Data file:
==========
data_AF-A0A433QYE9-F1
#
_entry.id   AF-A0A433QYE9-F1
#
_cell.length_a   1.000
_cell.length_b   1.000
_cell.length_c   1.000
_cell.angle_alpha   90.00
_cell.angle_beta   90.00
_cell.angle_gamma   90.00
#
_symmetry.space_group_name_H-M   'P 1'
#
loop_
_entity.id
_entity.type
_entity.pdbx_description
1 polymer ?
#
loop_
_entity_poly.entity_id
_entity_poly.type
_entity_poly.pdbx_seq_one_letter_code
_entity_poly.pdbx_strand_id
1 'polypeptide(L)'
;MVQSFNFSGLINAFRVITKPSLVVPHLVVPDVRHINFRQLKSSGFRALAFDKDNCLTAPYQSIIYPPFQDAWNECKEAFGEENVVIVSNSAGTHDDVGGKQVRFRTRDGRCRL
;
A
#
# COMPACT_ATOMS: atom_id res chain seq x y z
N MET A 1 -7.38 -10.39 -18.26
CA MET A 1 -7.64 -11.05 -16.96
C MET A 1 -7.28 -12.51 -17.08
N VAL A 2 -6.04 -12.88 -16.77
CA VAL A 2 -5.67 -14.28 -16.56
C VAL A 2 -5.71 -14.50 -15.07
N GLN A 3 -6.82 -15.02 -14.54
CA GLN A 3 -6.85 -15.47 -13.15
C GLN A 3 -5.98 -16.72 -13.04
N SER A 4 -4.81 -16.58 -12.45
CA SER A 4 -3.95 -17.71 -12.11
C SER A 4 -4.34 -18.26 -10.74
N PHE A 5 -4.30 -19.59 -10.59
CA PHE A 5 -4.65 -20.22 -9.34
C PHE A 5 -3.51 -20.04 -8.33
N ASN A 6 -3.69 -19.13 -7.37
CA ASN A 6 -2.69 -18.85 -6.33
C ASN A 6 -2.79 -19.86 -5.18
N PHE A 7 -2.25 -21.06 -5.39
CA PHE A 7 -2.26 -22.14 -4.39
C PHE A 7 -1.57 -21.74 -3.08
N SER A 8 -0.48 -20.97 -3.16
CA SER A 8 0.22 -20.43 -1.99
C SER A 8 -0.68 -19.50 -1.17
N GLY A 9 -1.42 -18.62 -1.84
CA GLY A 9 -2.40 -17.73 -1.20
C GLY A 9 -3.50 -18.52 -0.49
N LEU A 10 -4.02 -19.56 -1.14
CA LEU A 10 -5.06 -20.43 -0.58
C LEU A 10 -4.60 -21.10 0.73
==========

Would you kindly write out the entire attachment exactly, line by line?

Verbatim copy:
data_AF-A0A433QYE9-F1
#
_entry.id   AF-A0A433QYE9-F1
#
_cell.length_a   1.000
_cell.length_b   1.000
_cell.length_c   1.000
_cell.angle_alpha   90.00
_cell.angle_beta   90.00
_cell.angle_gamma   90.00
#
_symmetry.space_group_name_H-M   'P 1'
#
loop_
_entity.id
_entity.type
_entity.pdbx_description
1 polymer ?
#
loop_
_entity_poly.entity_id
_entity_poly.type
_entity_poly.pdbx_seq_one_letter_code
_entity_poly.pdbx_strand_id
1 'polypeptide(L)'
;MVQSFNFSGLINAFRVITKPSLVVPHLVVPDVRHINFRQLKSSGFRALAFDKDNCLTAPYQSIIYPPFQDAWNECKEAFGEENVVIVSNSAGTHDDVGGKQVRFRTRDGRCRL
;
A
#
# COMPACT_ATOMS: atom_id res chain seq x y z
N MET A 1 -7.38 -10.39 -18.26
CA MET A 1 -7.64 -11.05 -16.96
C MET A 1 -7.28 -12.51 -17.08
N VAL A 2 -6.04 -12.88 -16.77
CA VAL A 2 -5.67 -14.28 -16.56
C VAL A 2 -5.71 -14.50 -15.07
N GLN A 3 -6.82 -15.02 -14.54
CA GLN A 3 -6.85 -15.47 -13.15
C GLN A 3 -5.98 -16.72 -13.04
N SER A 4 -4.81 -16.58 -12.45
CA SER A 4 -3.95 -17.71 -12.11
C SER A 4 -4.34 -18.26 -10.74
N PHE A 5 -4.30 -19.59 -10.59
CA PHE A 5 -4.65 -20.22 -9.34
C PHE A 5 -3.51 -20.04 -8.33
N ASN A 6 -3.69 -19.13 -7.37
CA ASN A 6 -2.69 -18.85 -6.33
C ASN A 6 -2.79 -19.86 -5.18
N PHE A 7 -2.25 -21.06 -5.39
CA PHE A 7 -2.26 -22.14 -4.39
C PHE A 7 -1.57 -21.74 -3.08
N SER A 8 -0.48 -20.97 -3.16
CA SER A 8 0.22 -20.43 -1.99
C SER A 8 -0.68 -19.50 -1.17
N GLY A 9 -1.42 -18.62 -1.84
CA GLY A 9 -2.40 -17.73 -1.20
C GLY A 9 -3.50 -18.52 -0.49
N LEU A 10 -4.02 -19.56 -1.14
CA LEU A 10 -5.06 -20.43 -0.58
C LEU A 10 -4.60 -21.10 0.73